Report on Lascar (Chile) — June 2000
Bulletin of the Global Volcanism Network, vol. 25, no. 6 (June 2000)
Managing Editor: Richard Wunderman.
Lascar (Chile) Ash eruption on 20-21 July
Please cite this report as:
Global Volcanism Program, 2000. Report on Lascar (Chile) (Wunderman, R., ed.). Bulletin of the Global Volcanism Network, 25:6. Smithsonian Institution. https://doi.org/10.5479/si.GVP.BGVN200006-355100
23.37°S, 67.73°W; summit elev. 5592 m
All times are local (unless otherwise noted)
At about 1044 on 20 July 2000, an eruption began at Lascar volcano that lasted until 1509. The Washington VAAC reported an ash advisory at 1509 for an ash plume that extended 660 km to the E, stretching from N Chile across S Bolivia and N Argentina and into W central Paraguay. At that time, the plume was traveling at speeds of up to 130 km/hour, reached altitudes of 10.7-13.7 km, and was reported to be 103 km wide.
Residents of the village of Jama, located 60 km ENE of the volcano on the Argentina-Chile border, reported feeling an earthquake before seeing a white mushroom cloud that rose 4-5 km high and rapidly blew E, depositing 1-2 mm of ash over the village. Several explosions were felt and heard 160 km ESE in San Antonio de los Cobres, but there were no reports of any injuries or damage. Activity continued into 21 July with small explosions producing plumes 200-300 m above the summit. The volcano is in a sparsely populated area so no evacuations were necessary.
According to Matthews and others (1997) Lascar has undergone four recognized cycles between 1984 and 1993. In each of these cycles, a lava dome is extruded in the active crater accompanied by vigorous degassing through high-temperature, high-velocity fumaroles on and around the dome. The dome then subsides into the conduit while the velocity and gas output of the fumaroles decrease; the cycle ends with violent explosive activity. No new lava was immediately extruded after the dome collapsed in the explosive 1993 eruption, thus breaking the previous pattern.
Background. Lascar is the most active volcano of the northern Chilean Andes; it is characterized by its persistent fumarolic activity, steam eruptions, and occasional vulcanian eruptions. The andesitic-to-dacitic stratovolcano contains six overlapping summit craters along a NE-SW trend.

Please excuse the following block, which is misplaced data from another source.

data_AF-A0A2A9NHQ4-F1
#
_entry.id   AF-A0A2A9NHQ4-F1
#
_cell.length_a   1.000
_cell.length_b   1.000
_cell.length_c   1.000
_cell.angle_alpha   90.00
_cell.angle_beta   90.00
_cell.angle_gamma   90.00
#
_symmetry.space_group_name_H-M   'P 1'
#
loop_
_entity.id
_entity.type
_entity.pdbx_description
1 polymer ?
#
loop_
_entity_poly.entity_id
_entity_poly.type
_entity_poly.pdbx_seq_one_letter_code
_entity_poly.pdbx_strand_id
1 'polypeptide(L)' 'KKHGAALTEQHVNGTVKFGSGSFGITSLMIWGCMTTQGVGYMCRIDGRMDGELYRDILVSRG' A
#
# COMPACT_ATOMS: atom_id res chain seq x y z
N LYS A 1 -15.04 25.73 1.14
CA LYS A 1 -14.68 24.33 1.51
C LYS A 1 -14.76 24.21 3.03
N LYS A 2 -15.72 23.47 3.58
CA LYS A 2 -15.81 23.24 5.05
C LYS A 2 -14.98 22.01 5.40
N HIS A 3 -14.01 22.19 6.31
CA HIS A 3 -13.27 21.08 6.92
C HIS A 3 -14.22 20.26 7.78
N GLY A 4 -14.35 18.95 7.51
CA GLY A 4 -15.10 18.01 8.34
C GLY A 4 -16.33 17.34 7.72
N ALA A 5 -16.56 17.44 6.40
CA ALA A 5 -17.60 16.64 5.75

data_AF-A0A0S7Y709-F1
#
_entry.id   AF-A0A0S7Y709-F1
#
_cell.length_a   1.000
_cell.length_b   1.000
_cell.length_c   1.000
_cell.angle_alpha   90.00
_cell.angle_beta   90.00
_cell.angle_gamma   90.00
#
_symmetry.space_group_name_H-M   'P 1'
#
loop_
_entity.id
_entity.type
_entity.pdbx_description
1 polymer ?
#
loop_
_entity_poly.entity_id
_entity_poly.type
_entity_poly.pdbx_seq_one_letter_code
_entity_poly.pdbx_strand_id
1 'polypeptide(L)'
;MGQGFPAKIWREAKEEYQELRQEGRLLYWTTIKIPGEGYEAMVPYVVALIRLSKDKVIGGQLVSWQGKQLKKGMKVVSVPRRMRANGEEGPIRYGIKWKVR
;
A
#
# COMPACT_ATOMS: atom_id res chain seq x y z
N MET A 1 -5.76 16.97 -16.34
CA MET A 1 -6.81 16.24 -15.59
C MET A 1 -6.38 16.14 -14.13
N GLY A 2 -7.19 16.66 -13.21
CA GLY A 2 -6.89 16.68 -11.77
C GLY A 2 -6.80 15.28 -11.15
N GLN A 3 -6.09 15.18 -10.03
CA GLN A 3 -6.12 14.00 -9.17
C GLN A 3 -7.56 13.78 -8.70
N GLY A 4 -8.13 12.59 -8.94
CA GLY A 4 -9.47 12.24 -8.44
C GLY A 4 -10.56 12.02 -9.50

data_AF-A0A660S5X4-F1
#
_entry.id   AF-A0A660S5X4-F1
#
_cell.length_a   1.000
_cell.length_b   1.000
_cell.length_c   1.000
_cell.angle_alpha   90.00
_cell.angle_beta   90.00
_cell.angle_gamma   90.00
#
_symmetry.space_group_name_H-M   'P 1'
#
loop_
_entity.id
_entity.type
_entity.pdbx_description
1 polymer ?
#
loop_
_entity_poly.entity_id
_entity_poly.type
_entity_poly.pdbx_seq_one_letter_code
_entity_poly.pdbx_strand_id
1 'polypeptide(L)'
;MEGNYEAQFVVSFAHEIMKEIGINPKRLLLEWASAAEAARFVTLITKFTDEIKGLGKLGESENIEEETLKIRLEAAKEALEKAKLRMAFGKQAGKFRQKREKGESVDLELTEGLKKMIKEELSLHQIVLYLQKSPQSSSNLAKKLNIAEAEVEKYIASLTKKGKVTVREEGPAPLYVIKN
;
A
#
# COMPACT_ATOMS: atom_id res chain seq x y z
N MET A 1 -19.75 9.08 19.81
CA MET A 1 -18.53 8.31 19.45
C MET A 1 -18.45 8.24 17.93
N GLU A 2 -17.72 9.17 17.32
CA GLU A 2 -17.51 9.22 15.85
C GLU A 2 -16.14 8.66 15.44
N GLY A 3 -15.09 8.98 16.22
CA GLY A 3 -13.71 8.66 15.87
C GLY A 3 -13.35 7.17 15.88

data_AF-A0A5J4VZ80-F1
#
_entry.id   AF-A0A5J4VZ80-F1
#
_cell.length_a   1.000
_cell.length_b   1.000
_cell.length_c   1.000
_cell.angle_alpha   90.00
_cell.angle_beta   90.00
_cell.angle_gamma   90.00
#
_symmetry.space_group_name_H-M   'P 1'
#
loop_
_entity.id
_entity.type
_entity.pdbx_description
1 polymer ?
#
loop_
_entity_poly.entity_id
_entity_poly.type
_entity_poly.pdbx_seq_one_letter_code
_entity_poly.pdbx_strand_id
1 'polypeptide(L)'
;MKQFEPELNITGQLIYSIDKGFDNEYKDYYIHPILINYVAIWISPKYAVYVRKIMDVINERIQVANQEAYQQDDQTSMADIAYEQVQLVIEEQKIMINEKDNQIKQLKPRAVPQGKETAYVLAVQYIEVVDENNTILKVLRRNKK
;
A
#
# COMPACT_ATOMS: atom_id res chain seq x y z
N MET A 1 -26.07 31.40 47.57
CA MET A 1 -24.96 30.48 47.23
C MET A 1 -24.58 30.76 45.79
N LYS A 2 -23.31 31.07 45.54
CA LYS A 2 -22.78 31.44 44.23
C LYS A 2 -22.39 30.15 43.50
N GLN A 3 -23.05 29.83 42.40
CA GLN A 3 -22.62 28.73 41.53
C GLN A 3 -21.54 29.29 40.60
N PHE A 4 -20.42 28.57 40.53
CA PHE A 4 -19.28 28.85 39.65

Matthews and others (1997) discussed Lascar's evolution in four phases starting at ~50 ka. During phase I, an edifice was established on the E side, and pyroxene andesite lavas erupted. Phase II saw the development of the W edifice with a subglacial andesitic eruption, and the destruction of a substantial dome, arguably the volcano's most explosive event. In Phase III, a stratocone was constructed and a major andesitic explosive eruption generated scoria flows, known as the Tumbres deposits, dated at 9.2 ka. Phase IV activity shifted back to the E, leaving pyroclastic deposits dated at 7.1 ka. Prominent Phase IV lava flows extended NW and were later truncated by the formation of three deep collapse craters that mark the W migration of the active center. The current active vent discharges in the deepest of these craters, which is 800 m in diameter and 300 m deep. Frequent explosive eruptions have been recorded since the mid-19th century.
Reference. Matthews, S.J., Gardeweg, M.C., and Sparks, R.S.J., 1997, The 1894 to 1996 cyclic activity of Lascar Volcano, northern Chile: cycles of dome growth, dome subsidence, degassing and explosive eruptions: Bulletin of Volcanology, v. 59, p. 72-82.
Geological Summary. Láscar is the most active volcano of the northern Chilean Andes. The andesitic-to-dacitic stratovolcano contains six overlapping summit craters. Prominent lava flows descend its NW flanks. An older, higher stratovolcano 5 km E, Volcán Aguas Calientes, displays a well-developed summit crater and a probable Holocene lava flow near its summit (de Silva and Francis, 1991). Láscar consists of two major edifices; activity began at the eastern volcano and then shifted to the western cone. The largest eruption took place about 26,500 years ago, and following the eruption of the Tumbres scoria flow about 9000 years ago, activity shifted back to the eastern edifice, where three overlapping craters were formed. Frequent small-to-moderate explosive eruptions have been recorded since the mid-19th century, along with periodic larger eruptions that produced ashfall hundreds of kilometers away. The largest historical eruption took place in 1993, producing pyroclastic flows to 8.5 km NW of the summit and ashfall in Buenos Aires.
Information Contacts: José Viramonte, Universidad Nacional de Salta and CONICET, Buenos Aires 177 -4400 Salta, Argentina; George Stephens, NOAA Operational Significant Events Imagery Support Team, World Weather Bldg., 5200 Auth Road, Rm. 510, NOAA/NESDIS, Camp Springs, MD 20748 (URL: https://www.nnvl.noaa.gov/); Associated Press.